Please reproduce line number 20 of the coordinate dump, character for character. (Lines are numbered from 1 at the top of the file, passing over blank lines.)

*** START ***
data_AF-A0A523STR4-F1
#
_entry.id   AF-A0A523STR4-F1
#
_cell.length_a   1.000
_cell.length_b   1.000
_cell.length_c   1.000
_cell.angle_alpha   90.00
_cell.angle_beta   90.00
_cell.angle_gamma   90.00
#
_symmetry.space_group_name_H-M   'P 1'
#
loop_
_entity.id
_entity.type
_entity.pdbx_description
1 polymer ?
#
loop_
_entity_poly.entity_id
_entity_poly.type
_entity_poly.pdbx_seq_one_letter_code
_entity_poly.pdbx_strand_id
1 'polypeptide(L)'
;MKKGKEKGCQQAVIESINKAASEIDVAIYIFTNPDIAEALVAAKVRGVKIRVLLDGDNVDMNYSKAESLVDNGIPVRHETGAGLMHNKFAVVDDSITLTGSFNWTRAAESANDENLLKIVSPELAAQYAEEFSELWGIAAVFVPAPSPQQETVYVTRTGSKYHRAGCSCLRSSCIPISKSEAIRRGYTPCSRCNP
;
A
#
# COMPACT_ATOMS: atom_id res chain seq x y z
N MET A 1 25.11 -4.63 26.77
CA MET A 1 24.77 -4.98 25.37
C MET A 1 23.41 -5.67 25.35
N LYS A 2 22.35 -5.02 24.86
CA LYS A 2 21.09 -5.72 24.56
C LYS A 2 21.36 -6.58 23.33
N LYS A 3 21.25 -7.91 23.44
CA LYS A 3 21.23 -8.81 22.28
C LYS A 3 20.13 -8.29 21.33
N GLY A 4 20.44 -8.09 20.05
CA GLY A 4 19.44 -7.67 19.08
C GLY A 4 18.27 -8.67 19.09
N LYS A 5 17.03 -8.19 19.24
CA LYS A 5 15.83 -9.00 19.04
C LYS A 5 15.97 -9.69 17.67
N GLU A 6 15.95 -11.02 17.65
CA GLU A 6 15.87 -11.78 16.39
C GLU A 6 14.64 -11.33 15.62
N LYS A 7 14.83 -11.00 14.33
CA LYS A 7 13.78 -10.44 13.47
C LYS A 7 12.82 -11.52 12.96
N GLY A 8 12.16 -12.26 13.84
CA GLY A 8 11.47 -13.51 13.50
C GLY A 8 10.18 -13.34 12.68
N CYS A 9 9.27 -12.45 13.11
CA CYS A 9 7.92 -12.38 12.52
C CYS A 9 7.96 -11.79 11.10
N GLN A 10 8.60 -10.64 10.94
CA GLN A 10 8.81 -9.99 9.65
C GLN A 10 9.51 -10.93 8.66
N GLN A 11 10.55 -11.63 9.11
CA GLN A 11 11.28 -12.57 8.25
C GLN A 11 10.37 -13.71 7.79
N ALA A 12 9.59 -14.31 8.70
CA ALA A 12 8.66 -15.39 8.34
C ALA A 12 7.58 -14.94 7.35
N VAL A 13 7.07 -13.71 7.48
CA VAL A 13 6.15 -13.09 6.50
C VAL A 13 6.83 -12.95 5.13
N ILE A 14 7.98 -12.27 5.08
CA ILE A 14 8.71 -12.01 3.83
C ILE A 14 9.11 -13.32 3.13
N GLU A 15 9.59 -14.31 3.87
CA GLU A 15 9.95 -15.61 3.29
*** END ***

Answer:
loop_